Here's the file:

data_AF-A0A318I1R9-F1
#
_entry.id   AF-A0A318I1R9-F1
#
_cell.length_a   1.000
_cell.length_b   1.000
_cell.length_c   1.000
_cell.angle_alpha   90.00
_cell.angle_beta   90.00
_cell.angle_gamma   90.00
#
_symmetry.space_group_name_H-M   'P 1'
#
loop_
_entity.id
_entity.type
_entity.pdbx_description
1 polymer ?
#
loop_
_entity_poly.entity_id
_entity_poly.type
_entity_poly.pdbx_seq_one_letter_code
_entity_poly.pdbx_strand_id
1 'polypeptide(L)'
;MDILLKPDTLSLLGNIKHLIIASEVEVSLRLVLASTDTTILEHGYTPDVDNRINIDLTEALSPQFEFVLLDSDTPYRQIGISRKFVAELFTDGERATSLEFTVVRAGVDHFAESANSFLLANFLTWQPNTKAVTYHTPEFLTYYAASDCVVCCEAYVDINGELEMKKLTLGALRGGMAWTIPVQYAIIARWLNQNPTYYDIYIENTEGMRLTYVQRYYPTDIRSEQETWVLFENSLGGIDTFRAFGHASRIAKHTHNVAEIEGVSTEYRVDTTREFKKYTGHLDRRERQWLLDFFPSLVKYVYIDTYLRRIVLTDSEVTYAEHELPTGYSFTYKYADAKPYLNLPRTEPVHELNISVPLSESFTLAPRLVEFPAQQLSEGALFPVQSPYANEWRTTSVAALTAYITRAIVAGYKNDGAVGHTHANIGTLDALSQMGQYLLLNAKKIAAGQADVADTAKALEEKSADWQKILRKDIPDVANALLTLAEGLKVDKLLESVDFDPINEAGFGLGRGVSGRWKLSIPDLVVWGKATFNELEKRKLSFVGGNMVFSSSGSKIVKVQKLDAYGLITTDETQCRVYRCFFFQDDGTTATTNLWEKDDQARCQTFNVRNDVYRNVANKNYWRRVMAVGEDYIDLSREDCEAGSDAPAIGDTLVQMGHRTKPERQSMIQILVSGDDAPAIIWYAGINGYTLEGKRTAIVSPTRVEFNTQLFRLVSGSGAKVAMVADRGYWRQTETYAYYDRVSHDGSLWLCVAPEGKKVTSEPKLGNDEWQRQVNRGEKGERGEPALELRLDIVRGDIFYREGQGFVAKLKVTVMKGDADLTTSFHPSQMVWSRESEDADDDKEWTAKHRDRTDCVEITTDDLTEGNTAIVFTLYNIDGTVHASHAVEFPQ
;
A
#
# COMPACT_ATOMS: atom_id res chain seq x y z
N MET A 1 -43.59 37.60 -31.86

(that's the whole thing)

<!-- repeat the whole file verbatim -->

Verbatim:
data_AF-A0A318I1R9-F1
#
_entry.id   AF-A0A318I1R9-F1
#
_cell.length_a   1.000
_cell.length_b   1.000
_cell.length_c   1.000
_cell.angle_alpha   90.00
_cell.angle_beta   90.00
_cell.angle_gamma   90.00
#
_symmetry.space_group_name_H-M   'P 1'
#
loop_
_entity.id
_entity.type
_entity.pdbx_description
1 polymer ?
#
loop_
_entity_poly.entity_id
_entity_poly.type
_entity_poly.pdbx_seq_one_letter_code
_entity_poly.pdbx_strand_id
1 'polypeptide(L)'
;MDILLKPDTLSLLGNIKHLIIASEVEVSLRLVLASTDTTILEHGYTPDVDNRINIDLTEALSPQFEFVLLDSDTPYRQIGISRKFVAELFTDGERATSLEFTVVRAGVDHFAESANSFLLANFLTWQPNTKAVTYHTPEFLTYYAASDCVVCCEAYVDINGELEMKKLTLGALRGGMAWTIPVQYAIIARWLNQNPTYYDIYIENTEGMRLTYVQRYYPTDIRSEQETWVLFENSLGGIDTFRAFGHASRIAKHTHNVAEIEGVSTEYRVDTTREFKKYTGHLDRRERQWLLDFFPSLVKYVYIDTYLRRIVLTDSEVTYAEHELPTGYSFTYKYADAKPYLNLPRTEPVHELNISVPLSESFTLAPRLVEFPAQQLSEGALFPVQSPYANEWRTTSVAALTAYITRAIVAGYKNDGAVGHTHANIGTLDALSQMGQYLLLNAKKIAAGQADVADTAKALEEKSADWQKILRKDIPDVANALLTLAEGLKVDKLLESVDFDPINEAGFGLGRGVSGRWKLSIPDLVVWGKATFNELEKRKLSFVGGNMVFSSSGSKIVKVQKLDAYGLITTDETQCRVYRCFFFQDDGTTATTNLWEKDDQARCQTFNVRNDVYRNVANKNYWRRVMAVGEDYIDLSREDCEAGSDAPAIGDTLVQMGHRTKPERQSMIQILVSGDDAPAIIWYAGINGYTLEGKRTAIVSPTRVEFNTQLFRLVSGSGAKVAMVADRGYWRQTETYAYYDRVSHDGSLWLCVAPEGKKVTSEPKLGNDEWQRQVNRGEKGERGEPALELRLDIVRGDIFYREGQGFVAKLKVTVMKGDADLTTSFHPSQMVWSRESEDADDDKEWTAKHRDRTDCVEITTDDLTEGNTAIVFTLYNIDGTVHASHAVEFPQ
;
A
#
# COMPACT_ATOMS: atom_id res chain seq x y z
N MET A 1 -43.59 37.60 -31.86